Thanks,god bless Anders Hejlsberg - the author of C#. –  Ivan Prodanov Mar 26 '09 at 13:24
    
+1 For Anders - roll on C#4.0 –  Gordon Mackie JoanMiro Mar 26 '09 at 15:00

You could loose informations. The compiler doesn't allow this kind of operations unless you explicitly tell him to do so. So try something like this:

byte result = ((byte)mut & 0xFF) ^ ((byte)mut3 & 0xFF);

This way, all variables are explicitly casted and the result will be a byte. Or you can do this:

byte result = (byte)((mut & 0xFF) ^ (mut3 & 0xFF));
share|improve this answer
    
Thanks,the user above answered first,but i'll dig up your answer aswell! –  Ivan Prodanov Mar 26 '09 at 13:25
    
Pressed Answer, some short time before I finished ;) –  Sascha Mar 26 '09 at 13:27

Symptom

The following code compiles in C++ but is rejected by a C# compiler, with the third line reporting type incompatibility.

ulong mut = 5;
ulong mut3 = 6;
byte foo = (mut & 0xFF) ^ (mut3 & 0xFF);

Explanation

The expression (mut & 0xFF) ^ (mut3 & 0xFF) is of type ulong and cannot be assigned to a variable of type byte.

The variable mut is a ulong. All overloads of & require operand type symmetry, so in the expression (mut & 0xFF), the value 0xFF is promoted to ulong, and the result of the operation has the type ulong.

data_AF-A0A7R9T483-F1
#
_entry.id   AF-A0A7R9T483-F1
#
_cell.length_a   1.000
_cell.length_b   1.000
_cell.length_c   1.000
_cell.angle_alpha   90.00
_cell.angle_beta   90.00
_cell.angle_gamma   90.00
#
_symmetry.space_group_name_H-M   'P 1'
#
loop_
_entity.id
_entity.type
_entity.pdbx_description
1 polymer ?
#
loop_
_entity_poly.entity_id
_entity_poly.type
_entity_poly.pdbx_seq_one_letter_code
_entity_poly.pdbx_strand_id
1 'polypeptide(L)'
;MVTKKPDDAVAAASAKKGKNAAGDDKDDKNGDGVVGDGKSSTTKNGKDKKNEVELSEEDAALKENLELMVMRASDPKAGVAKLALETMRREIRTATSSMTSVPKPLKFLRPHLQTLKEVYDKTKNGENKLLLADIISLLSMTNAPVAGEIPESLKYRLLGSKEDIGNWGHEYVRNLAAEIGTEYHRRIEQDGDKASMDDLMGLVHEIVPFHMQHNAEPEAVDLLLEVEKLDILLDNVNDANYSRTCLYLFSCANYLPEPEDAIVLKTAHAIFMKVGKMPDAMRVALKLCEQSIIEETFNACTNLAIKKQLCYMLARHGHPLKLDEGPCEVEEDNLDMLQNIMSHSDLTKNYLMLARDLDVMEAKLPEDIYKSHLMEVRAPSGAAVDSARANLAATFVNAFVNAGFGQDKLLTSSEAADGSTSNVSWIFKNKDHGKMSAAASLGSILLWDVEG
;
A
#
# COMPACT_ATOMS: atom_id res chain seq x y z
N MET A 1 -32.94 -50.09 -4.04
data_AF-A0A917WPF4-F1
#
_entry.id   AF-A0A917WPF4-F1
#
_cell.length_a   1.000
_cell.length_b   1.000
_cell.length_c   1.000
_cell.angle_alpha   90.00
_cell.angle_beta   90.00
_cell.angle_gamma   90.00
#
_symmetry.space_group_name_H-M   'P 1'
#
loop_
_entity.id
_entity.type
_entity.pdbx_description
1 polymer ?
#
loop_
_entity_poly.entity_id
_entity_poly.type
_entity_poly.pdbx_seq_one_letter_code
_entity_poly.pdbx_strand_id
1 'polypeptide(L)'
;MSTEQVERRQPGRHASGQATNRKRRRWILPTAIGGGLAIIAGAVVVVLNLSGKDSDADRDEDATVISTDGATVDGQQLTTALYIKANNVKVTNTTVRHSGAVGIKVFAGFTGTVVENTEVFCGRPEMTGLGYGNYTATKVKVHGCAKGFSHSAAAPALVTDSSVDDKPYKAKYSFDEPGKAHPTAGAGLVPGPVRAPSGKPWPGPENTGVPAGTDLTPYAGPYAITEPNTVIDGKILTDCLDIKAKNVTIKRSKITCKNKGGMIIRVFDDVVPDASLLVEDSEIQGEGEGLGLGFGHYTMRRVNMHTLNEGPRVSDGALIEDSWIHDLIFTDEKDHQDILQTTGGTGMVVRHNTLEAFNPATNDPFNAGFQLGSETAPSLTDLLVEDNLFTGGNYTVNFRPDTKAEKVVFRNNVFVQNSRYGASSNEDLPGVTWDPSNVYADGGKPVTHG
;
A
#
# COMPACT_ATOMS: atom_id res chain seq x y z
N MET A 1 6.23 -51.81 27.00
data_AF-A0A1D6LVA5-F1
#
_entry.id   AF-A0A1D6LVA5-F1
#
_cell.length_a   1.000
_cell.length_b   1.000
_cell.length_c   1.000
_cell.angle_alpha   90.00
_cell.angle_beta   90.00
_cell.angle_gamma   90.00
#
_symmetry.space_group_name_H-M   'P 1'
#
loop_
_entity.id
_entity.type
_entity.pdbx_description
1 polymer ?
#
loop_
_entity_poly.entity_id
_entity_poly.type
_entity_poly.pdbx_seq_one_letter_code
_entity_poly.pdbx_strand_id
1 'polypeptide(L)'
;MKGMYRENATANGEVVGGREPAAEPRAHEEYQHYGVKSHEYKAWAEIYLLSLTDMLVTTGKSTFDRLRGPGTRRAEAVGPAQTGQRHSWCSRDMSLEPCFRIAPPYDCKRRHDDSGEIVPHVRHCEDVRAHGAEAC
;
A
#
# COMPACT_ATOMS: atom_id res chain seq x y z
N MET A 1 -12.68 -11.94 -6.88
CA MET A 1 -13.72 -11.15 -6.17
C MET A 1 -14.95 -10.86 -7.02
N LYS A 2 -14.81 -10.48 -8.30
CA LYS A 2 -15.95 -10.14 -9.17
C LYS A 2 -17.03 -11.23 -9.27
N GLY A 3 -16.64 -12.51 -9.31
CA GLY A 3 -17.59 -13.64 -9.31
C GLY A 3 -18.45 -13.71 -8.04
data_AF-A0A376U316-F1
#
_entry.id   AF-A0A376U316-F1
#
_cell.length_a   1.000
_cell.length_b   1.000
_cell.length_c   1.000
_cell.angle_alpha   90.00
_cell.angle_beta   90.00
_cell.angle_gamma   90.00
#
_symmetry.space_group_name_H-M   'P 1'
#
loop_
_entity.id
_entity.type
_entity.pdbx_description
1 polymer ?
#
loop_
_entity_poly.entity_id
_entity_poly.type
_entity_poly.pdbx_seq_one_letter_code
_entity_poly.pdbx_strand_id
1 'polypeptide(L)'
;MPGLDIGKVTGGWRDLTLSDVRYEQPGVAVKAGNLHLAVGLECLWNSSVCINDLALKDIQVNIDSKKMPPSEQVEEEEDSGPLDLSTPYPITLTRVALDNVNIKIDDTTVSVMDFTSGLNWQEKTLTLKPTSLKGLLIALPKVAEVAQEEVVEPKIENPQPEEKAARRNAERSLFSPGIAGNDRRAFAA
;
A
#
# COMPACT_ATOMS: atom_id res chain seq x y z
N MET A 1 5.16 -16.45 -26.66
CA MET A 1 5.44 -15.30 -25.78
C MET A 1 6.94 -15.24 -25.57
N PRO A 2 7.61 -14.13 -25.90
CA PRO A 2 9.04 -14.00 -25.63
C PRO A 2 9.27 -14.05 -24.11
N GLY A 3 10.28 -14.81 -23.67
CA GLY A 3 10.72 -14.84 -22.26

While a similar process does also give the second subexpression the type ulong, this is incidental because in the larger expression A ^ B, the fact that expression A has the type ulong would cause expression B to be promoted.

Thus, the expression (mut & 0xFF) ^ (mut3 & 0xFF) is of type ulong and requires an explicit cast before it can be assigned to a variable of type byte.

Solution

Explicitly typecast the entire expression prior to assignment.

Remarks

People turn off warnings instead of thinking about them because most C+ libraries are riddled with defects. If you switch warnings back on you get so many it's useless trying to wade through them, even though somewhere in the mess there'll be a note to the effect of "a potentially lossy implicit typecast was required".

If you read the C# language specification, with particular regard to operators, you will learn a great many useful things. For example, this code will fail:

byte b = 0xF0 | 0x0E; //b should contain 0xFE

but these will succeed:

byte b1 = (byte)(0xF0 | 0x0E); //typecast fixes it
byte b2 = 0xF0;
b2 |= 0x0E; //reflexive operator typed by target variable
share|improve this answer

"explicit conversion exists" indicates that you need to do an explicit cast. In this case that would be something like:

byte byte1 = (byte) ( (mut & 0xFF) ^ (mut3 & 0xFF) );
byte byte2 = (byte) ( (mut1 & 0xFF) ^ (mut2 & 0xFF) );
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There's a MSDN Knowledge Base article that explains in depth the need for the explicit downcast. The words "explicit conversion exists" in the error message are intended to be the clue that you must explicitly convert the data type by using a cast. In your specific case, that would look like this:

byte byte1 = (byte) ( (mut & 0xFF) ^ (mut3 & 0xFF) );